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Strange and ever after, p.5
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       Strange and Ever After, p.5

           Susan Dennard

  “My gloves,” she screeched as I helped her stand. “They’re ruined!”

  Another gust of wind slammed into us. She almost toppled over again—as did I.

  I glanced at the sky. No clouds marred the perfect blue. Nonetheless, there was an electric charge in the air now. That feeling of a storm about to hit.

  My grip tightened on the parasol’s handle. “I don’t like this weather.”

  “Who cares about the weather?” Allison snapped. “These gloves cost me a fortune.”

  “I’ve got it!” Daniel shouted. “The fastest route to the Notre-Dame is definitely up the hill.” I peered over my shoulder at him. He shook the map in the air. “We head due east.”

  “Obviously,” Oliver groaned, pointing at the basilica. “We can all see where it is.”

  “Hush.” I glowered at Oliver. “Don’t pick on—”

  Suddenly, a scream ripped from Allison.

  I wrenched toward her—and found her arms outstretched. She shrieked again, and her fingers clawed for me. I seized her hands . . . but she was being dragged away from me.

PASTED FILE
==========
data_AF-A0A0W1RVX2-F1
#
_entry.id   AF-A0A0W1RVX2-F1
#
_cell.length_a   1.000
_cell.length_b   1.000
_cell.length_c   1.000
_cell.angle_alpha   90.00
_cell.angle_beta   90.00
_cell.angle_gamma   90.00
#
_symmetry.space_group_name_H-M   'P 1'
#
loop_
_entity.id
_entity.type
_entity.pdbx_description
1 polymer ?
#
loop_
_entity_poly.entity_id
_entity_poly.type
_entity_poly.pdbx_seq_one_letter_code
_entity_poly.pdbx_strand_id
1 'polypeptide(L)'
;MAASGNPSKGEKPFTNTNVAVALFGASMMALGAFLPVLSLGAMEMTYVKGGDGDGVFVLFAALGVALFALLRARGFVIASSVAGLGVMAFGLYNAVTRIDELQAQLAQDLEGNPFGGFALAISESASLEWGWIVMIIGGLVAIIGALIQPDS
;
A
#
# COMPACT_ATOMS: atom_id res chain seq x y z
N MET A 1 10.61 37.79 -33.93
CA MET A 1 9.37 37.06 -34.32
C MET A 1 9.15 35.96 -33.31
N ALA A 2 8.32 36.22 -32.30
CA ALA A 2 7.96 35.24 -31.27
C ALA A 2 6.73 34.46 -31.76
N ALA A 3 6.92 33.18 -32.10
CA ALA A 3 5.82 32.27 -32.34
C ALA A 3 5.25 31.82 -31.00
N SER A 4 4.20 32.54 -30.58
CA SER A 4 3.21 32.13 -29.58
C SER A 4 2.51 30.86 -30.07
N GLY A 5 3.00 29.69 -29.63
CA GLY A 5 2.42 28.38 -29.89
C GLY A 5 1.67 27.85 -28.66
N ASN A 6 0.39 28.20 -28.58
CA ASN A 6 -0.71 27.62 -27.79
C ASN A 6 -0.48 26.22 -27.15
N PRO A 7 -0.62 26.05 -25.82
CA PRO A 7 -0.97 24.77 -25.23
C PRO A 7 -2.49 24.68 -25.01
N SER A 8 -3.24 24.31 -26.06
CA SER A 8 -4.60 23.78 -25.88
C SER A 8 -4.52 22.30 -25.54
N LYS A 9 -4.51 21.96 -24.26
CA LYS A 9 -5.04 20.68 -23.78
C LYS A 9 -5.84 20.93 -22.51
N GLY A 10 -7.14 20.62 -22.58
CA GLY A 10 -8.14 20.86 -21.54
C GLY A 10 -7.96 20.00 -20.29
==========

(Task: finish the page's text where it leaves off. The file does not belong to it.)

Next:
I held tight, and with all my might I pulled and pulled . . . until at last, in a sudden burst of released speed, Allison fell forward and tumbled against me.

  That was when I saw what had grabbed her.

  Two putrid hands rose from the water and scratched at the cobblestones. Scratched at us. And as I watched, my stomach climbing into my chest, hundreds of other fingers splashed through the harbor’s surface—and far in the distance, a single scream tore through the city.

  “Les Morts! Les Morts!”

  The Dead had risen in Marseille.


  The corpse that had grabbed Allison clawed at the street. I towed Allison behind me as her screams pierced the wind.

  Its arms grappled closer. Then its rotten face appeared above the water. Broken teeth chomped, and fingers grated on the cobblestones.

  Without thinking, I stabbed Allison’s parasol into the corpse’s empty eye socket. The metal tip squished in, clunking against bone.

  I shoved, and the body toppled back into the water, its hands catching empty air as I skittered out of reach. But my heels hit something. I jerked around—it was Oliver, yanking me to safety.

  “Stupid,” he snarled, his eyes locked on the water. “There are hundreds of them!” He grabbed at Allison’s arm next, and then pitched us both toward Joseph and Daniel.

  “What do we do?” Allison wailed. “The Dead are everywhere!” She clutched her face and scrabbled closer to Joseph. “What do we do?”

  “This changes our plans,” Joseph said, shouting to be heard over the splashing and crunching bones of the Dead—and the distant echoes of a shrieking city. “Our duty now lies in retrieving Jie and protecting Marseille. Marcus is second priority to that.”

  “No.” The word rushed from my mouth. We had come here to kill Marcus. “If we have to stop all these Dead, then he wins!”